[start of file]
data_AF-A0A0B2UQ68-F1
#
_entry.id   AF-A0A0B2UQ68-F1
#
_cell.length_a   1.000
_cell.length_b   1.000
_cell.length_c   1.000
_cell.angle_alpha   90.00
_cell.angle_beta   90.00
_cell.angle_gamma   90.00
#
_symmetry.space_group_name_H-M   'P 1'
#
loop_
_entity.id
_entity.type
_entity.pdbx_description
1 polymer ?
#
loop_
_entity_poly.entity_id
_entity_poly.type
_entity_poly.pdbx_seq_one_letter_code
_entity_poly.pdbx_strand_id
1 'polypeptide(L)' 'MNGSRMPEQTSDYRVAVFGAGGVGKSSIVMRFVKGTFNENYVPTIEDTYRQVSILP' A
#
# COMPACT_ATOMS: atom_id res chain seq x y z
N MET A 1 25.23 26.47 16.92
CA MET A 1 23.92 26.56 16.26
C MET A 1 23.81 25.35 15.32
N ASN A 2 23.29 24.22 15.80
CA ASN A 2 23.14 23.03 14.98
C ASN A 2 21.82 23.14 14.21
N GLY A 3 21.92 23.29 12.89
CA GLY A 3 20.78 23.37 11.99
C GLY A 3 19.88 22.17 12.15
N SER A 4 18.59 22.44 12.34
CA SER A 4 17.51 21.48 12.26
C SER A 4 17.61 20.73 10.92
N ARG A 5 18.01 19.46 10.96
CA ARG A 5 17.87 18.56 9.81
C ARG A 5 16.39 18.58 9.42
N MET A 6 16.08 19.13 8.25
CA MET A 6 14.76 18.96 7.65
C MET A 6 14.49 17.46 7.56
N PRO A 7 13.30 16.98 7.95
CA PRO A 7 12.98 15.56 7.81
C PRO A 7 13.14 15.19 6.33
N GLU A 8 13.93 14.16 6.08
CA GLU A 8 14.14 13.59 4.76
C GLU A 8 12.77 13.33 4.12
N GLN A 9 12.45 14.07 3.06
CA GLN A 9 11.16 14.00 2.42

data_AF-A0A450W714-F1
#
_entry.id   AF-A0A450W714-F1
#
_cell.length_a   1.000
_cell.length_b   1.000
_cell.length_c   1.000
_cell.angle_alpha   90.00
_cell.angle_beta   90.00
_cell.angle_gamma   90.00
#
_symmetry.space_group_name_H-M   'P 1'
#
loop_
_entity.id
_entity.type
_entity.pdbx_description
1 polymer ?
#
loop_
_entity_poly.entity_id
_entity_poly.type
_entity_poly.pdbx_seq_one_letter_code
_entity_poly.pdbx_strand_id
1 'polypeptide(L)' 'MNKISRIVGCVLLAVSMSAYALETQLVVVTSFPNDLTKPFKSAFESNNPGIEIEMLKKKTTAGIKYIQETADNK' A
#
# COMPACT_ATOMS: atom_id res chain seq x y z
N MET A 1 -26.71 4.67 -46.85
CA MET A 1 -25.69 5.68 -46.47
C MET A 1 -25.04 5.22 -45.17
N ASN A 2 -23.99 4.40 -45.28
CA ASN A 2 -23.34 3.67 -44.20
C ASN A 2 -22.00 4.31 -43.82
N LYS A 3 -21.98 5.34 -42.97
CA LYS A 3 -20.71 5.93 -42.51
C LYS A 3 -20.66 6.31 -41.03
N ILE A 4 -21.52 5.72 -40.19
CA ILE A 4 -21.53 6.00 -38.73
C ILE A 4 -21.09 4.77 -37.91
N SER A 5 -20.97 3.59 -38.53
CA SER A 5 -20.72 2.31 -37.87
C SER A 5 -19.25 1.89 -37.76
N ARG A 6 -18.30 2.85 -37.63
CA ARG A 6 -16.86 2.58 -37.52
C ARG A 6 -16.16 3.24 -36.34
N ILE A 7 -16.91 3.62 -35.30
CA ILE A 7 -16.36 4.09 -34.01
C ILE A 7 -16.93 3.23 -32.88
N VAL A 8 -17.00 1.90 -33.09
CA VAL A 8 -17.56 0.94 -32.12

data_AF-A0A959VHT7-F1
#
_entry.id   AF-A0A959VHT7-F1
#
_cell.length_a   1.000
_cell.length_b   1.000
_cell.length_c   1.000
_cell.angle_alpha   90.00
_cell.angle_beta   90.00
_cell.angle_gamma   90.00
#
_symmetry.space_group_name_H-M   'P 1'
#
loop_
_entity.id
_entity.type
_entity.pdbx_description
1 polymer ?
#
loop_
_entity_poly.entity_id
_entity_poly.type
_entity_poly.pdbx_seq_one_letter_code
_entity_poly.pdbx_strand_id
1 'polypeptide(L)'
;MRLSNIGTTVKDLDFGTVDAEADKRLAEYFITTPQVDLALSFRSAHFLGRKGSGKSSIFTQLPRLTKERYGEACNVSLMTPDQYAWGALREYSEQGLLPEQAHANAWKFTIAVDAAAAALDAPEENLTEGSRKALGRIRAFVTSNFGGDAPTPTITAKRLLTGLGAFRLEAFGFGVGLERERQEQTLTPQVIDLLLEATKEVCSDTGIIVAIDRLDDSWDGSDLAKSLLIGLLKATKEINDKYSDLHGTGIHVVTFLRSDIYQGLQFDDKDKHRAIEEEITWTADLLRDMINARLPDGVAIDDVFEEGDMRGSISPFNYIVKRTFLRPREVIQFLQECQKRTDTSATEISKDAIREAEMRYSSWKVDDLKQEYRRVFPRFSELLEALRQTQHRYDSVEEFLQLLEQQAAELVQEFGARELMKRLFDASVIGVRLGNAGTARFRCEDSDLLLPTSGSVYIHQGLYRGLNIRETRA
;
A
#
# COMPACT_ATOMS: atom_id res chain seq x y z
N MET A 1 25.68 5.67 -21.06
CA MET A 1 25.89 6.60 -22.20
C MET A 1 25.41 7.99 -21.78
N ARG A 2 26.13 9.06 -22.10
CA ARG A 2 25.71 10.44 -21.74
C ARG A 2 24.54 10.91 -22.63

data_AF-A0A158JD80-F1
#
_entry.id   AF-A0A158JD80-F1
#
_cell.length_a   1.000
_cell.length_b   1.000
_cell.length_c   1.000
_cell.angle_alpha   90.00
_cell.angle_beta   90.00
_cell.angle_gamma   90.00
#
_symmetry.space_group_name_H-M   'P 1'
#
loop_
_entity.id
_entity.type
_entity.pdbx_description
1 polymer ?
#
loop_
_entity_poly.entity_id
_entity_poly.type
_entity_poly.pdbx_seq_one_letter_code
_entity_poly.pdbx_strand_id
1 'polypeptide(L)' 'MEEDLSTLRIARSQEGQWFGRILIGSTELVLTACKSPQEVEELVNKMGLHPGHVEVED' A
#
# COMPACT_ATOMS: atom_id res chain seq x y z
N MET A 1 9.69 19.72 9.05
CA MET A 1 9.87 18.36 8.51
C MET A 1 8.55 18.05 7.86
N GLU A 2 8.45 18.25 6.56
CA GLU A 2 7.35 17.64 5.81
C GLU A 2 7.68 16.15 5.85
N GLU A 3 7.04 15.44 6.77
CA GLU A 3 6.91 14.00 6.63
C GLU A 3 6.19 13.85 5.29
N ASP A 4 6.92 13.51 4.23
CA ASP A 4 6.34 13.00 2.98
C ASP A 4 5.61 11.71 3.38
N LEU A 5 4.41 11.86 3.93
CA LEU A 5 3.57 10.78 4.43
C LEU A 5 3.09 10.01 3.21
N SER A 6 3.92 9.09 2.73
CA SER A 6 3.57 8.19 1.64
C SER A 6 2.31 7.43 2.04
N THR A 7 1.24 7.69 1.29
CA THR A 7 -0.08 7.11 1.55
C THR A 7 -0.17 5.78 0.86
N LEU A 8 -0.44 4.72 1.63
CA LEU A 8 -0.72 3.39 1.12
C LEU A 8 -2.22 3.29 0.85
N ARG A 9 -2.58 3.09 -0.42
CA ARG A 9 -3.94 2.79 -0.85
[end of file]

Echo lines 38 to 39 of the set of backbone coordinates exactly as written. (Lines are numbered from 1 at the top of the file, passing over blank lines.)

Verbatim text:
CA SER A 4 17.51 21.48 12.26
C SER A 4 17.61 20.73 10.92